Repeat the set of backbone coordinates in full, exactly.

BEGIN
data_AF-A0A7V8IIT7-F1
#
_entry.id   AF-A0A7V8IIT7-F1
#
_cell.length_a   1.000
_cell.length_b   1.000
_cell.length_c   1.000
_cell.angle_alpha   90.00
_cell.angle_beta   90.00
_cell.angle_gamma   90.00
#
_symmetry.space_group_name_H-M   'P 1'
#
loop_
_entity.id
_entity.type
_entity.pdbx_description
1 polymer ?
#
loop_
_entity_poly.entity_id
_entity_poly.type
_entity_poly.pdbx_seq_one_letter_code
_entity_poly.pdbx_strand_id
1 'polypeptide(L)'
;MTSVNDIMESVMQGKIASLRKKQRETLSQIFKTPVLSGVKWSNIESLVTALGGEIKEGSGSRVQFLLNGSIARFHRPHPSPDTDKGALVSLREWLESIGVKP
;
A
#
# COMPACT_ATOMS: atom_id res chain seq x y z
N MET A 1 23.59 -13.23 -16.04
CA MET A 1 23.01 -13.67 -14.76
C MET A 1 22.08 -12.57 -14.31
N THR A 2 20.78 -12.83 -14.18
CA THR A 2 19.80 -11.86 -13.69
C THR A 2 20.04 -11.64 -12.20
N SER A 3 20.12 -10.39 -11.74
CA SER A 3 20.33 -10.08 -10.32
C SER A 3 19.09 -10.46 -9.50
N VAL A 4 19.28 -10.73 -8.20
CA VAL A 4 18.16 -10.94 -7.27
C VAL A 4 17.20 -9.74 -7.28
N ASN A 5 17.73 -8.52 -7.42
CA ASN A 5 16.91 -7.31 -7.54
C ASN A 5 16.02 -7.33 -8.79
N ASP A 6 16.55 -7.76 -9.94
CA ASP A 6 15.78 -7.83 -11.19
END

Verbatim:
data_AF-A0A7V8IIT7-F1
#
_entry.id   AF-A0A7V8IIT7-F1
#
_cell.length_a   1.000
_cell.length_b   1.000
_cell.length_c   1.000
_cell.angle_alpha   90.00
_cell.angle_beta   90.00
_cell.angle_gamma   90.00
#
_symmetry.space_group_name_H-M   'P 1'
#
loop_
_entity.id
_entity.type
_entity.pdbx_description
1 polymer ?
#
loop_
_entity_poly.entity_id
_entity_poly.type
_entity_poly.pdbx_seq_one_letter_code
_entity_poly.pdbx_strand_id
1 'polypeptide(L)'
;MTSVNDIMESVMQGKIASLRKKQRETLSQIFKTPVLSGVKWSNIESLVTALGGEIKEGSGSRVQFLLNGSIARFHRPHPSPDTDKGALVSLREWLESIGVKP
;
A
#
# COMPACT_ATOMS: atom_id res chain seq x y z
N MET A 1 23.59 -13.23 -16.04
CA MET A 1 23.01 -13.67 -14.76
C MET A 1 22.08 -12.57 -14.31
N THR A 2 20.78 -12.83 -14.18
CA THR A 2 19.80 -11.86 -13.69
C THR A 2 20.04 -11.64 -12.20
N SER A 3 20.12 -10.39 -11.74
CA SER A 3 20.33 -10.08 -10.32
C SER A 3 19.09 -10.46 -9.50
N VAL A 4 19.28 -10.73 -8.20
CA VAL A 4 18.16 -10.94 -7.27
C VAL A 4 17.20 -9.74 -7.28
N ASN A 5 17.73 -8.52 -7.42
CA ASN A 5 16.91 -7.31 -7.54
C ASN A 5 16.02 -7.33 -8.79
N ASP A 6 16.55 -7.76 -9.94
CA ASP A 6 15.78 -7.83 -11.19